C2MAN(1)                                                 C2MAN(1)

       c2man - generate manual pages from C source code

       c2man [ option ...  ] [ file ...  ]

       c2man  reads  C  source  code files in which comments have
       been strategically placed, and outputs manual page(s) doc­
       umenting  each  function defined or declared (via a proto­
       type), and optionally each  variable  with  global  scope.
       Function  definitions  and  declarations may be in the old
       style or ISO/ANSI style.  If no file  argument  is  given,
       c2man takes its input from the standard input.

       If  a .h file is written as a formal interface description
       when preparing an interface spec, c2man can  generate  all
       the  manual pages required for the spec at one fell swoop,
       and then keep them up to date automatically as the  inter­
       face changes.

       Since  c2man  will  accept  either function definitions or
       prototypes, it can be used on either .c or .h  files.   If
       the  input  is  a  header  file, any files specified by -i
       options are assumed to be prerequisites,  and  get  parsed
       before  the  input file.  (Any file whose extension begins
       with ``h'', matched case-insensitively,  is  considered  a
       header file.)

       This  is  potentially a huge win for most programmers that
       just love documenting their functions,  and  updating  the
       documentation  every  time it changes.  Here's an example,
       named example.h:

          enum Place
              HOME,      /* Home, Sweet Home */
              WORK,      /* where I spend lots of time */
              MOVIES,    /* Saturday nights mainly */
              CITY,      /* New York, New York */
              COUNTRY    /* Bob's Country Bunker */

           * do some useful work for a change.
           * This function will actually get some productive
           * work done, if you are really lucky.
           * returns the number of milliseconds in a second.
          int dowork(int count,        /* how much work to do */
                     enum Place where, /* where to do the work */
                     long fiveoclock   /* when to knock off */);

                        February 25, 2000                       1

C2MAN(1)                                                 C2MAN(1)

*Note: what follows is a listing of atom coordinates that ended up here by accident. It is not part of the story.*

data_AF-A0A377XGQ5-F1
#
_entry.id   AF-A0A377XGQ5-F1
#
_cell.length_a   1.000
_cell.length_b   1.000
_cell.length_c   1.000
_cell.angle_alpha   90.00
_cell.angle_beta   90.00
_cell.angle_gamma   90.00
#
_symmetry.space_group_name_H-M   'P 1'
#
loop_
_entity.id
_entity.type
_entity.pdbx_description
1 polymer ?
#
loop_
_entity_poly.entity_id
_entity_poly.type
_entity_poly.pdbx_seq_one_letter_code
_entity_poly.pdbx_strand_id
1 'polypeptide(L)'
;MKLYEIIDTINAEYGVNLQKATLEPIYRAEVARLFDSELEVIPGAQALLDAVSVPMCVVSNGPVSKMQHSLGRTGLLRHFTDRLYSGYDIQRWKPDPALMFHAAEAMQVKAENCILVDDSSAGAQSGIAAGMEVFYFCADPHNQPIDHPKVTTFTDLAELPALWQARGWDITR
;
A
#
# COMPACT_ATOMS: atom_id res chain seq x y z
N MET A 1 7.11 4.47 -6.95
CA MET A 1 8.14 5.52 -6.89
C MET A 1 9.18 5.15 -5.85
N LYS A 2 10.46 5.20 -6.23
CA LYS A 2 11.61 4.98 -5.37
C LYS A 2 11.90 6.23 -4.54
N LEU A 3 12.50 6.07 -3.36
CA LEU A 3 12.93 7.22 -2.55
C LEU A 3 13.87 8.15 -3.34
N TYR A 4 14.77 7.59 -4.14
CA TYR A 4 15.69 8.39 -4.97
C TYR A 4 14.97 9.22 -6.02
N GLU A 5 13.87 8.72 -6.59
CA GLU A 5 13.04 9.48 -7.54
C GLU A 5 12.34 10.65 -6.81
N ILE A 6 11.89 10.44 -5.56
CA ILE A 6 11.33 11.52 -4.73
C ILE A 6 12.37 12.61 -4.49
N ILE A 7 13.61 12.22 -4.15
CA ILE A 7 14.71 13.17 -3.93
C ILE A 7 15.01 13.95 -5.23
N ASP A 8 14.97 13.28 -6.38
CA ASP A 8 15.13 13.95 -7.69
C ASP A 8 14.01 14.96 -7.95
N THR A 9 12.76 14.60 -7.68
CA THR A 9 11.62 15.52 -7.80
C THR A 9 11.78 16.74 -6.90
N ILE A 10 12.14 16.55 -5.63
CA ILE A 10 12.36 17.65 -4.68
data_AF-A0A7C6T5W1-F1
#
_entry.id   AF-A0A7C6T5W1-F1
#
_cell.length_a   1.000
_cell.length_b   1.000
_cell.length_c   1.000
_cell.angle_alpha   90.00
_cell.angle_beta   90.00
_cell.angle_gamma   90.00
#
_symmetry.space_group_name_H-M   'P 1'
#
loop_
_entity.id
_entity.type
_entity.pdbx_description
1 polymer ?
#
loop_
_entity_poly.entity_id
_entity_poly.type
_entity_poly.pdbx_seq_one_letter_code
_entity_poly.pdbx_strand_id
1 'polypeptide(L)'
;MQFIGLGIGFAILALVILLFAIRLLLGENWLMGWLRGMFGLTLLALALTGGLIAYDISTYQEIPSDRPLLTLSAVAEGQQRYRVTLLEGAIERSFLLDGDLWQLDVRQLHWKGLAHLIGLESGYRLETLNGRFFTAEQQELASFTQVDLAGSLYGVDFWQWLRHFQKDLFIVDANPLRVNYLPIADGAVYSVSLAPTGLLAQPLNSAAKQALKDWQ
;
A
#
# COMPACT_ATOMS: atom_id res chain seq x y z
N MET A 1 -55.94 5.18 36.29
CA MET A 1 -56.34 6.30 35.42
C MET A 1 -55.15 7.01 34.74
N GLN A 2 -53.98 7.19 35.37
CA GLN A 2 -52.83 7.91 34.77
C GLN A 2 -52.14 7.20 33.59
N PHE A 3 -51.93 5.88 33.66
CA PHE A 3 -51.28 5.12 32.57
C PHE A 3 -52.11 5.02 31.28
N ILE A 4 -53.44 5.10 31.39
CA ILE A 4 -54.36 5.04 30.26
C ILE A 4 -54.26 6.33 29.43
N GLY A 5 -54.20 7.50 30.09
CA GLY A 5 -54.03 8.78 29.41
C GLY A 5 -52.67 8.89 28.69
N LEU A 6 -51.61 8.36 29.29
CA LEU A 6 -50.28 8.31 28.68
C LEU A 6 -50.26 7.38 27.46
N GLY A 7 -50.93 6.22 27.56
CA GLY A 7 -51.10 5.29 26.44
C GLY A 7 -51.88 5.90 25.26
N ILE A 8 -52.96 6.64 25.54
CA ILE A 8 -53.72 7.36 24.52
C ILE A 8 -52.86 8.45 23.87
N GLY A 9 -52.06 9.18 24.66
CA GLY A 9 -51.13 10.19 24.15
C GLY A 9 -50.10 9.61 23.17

% c2man example.h

       is run, this produces a file named dowork.3 which  can  be
       processed by man(1) or used as:

            % nroff -man dowork.3

       to produce:

          dowork(3)    UNIX Programmer's Manual    dowork(3)

                 dowork  - do some useful work for a change.

                 #include <example.h>

                 int dowork
                      int count,
                      enum Place where,
                      long fiveoclock

                 int count
                        How much work to do.

                 enum Place where
                        Where to do the work.

                        Possible values for  an  enum  Place
                        are as follows:
                         HOME     Home, Sweet Home.
                         WORK     Where   I  spend  lots  of
                         MOVIES   Saturday nights mainly.
                         CITY     New York, New York.
                         COUNTRY  Bob's Country Bunker.

                 long fiveoclock
                        When to knock off.

                 This function will actually get  some  pro­
                 ductive work done, if you are really lucky.

                 The number of milliseconds in a second.

                        February 25, 2000                       2

C2MAN(1)                                                 C2MAN(1)

   Output Generation
       By default, a separate output file is generated  for  each
       global  identifier  (i.e. function or variable) documented
       by c2man.

       Much of c2man's information is extracted from the  comment
       placed  immediately  before  the declaration/definition of
       the identifier being documented; this comment is taken  to
       describe  the identifier and must be present, or the iden­
       tifier will be ignored entirely.  In the case of  a  vari­
       able  declaration/definition,  this comment may instead be
       placed after it starting on the same line.